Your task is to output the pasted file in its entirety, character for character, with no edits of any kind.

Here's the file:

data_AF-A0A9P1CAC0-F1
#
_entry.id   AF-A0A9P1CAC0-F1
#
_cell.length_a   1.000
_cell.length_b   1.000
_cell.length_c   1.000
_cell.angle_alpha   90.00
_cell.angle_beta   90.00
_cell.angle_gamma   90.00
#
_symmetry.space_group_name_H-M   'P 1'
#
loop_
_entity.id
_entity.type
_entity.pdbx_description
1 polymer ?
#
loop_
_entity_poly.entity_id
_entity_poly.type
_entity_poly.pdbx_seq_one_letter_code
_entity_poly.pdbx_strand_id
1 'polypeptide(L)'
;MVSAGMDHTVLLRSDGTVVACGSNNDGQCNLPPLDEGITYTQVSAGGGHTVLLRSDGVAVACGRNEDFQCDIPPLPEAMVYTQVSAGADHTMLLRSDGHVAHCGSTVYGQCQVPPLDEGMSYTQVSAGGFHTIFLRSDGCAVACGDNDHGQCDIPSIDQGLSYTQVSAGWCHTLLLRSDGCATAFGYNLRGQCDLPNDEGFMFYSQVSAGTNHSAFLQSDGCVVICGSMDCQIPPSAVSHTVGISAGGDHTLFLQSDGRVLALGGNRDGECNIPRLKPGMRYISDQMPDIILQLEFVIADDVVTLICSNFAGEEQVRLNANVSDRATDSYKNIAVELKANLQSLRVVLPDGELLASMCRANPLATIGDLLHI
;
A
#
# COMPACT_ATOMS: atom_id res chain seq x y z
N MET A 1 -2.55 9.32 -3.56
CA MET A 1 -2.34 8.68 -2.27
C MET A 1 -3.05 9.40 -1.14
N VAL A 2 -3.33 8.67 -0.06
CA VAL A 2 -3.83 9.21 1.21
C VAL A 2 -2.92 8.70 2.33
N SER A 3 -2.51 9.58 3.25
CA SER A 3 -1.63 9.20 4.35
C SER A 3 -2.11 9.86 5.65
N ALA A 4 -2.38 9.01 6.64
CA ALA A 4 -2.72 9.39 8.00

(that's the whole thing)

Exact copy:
data_AF-A0A9P1CAC0-F1
#
_entry.id   AF-A0A9P1CAC0-F1
#
_cell.length_a   1.000
_cell.length_b   1.000
_cell.length_c   1.000
_cell.angle_alpha   90.00
_cell.angle_beta   90.00
_cell.angle_gamma   90.00
#
_symmetry.space_group_name_H-M   'P 1'
#
loop_
_entity.id
_entity.type
_entity.pdbx_description
1 polymer ?
#
loop_
_entity_poly.entity_id
_entity_poly.type
_entity_poly.pdbx_seq_one_letter_code
_entity_poly.pdbx_strand_id
1 'polypeptide(L)'
;MVSAGMDHTVLLRSDGTVVACGSNNDGQCNLPPLDEGITYTQVSAGGGHTVLLRSDGVAVACGRNEDFQCDIPPLPEAMVYTQVSAGADHTMLLRSDGHVAHCGSTVYGQCQVPPLDEGMSYTQVSAGGFHTIFLRSDGCAVACGDNDHGQCDIPSIDQGLSYTQVSAGWCHTLLLRSDGCATAFGYNLRGQCDLPNDEGFMFYSQVSAGTNHSAFLQSDGCVVICGSMDCQIPPSAVSHTVGISAGGDHTLFLQSDGRVLALGGNRDGECNIPRLKPGMRYISDQMPDIILQLEFVIADDVVTLICSNFAGEEQVRLNANVSDRATDSYKNIAVELKANLQSLRVVLPDGELLASMCRANPLATIGDLLHI
;
A
#
# COMPACT_ATOMS: atom_id res chain seq x y z
N MET A 1 -2.55 9.32 -3.56
CA MET A 1 -2.34 8.68 -2.27
C MET A 1 -3.05 9.40 -1.14
N VAL A 2 -3.33 8.67 -0.06
CA VAL A 2 -3.83 9.21 1.21
C VAL A 2 -2.92 8.70 2.33
N SER A 3 -2.51 9.58 3.25
CA SER A 3 -1.63 9.20 4.35
C SER A 3 -2.11 9.86 5.65
N ALA A 4 -2.38 9.01 6.64
CA ALA A 4 -2.72 9.39 8.00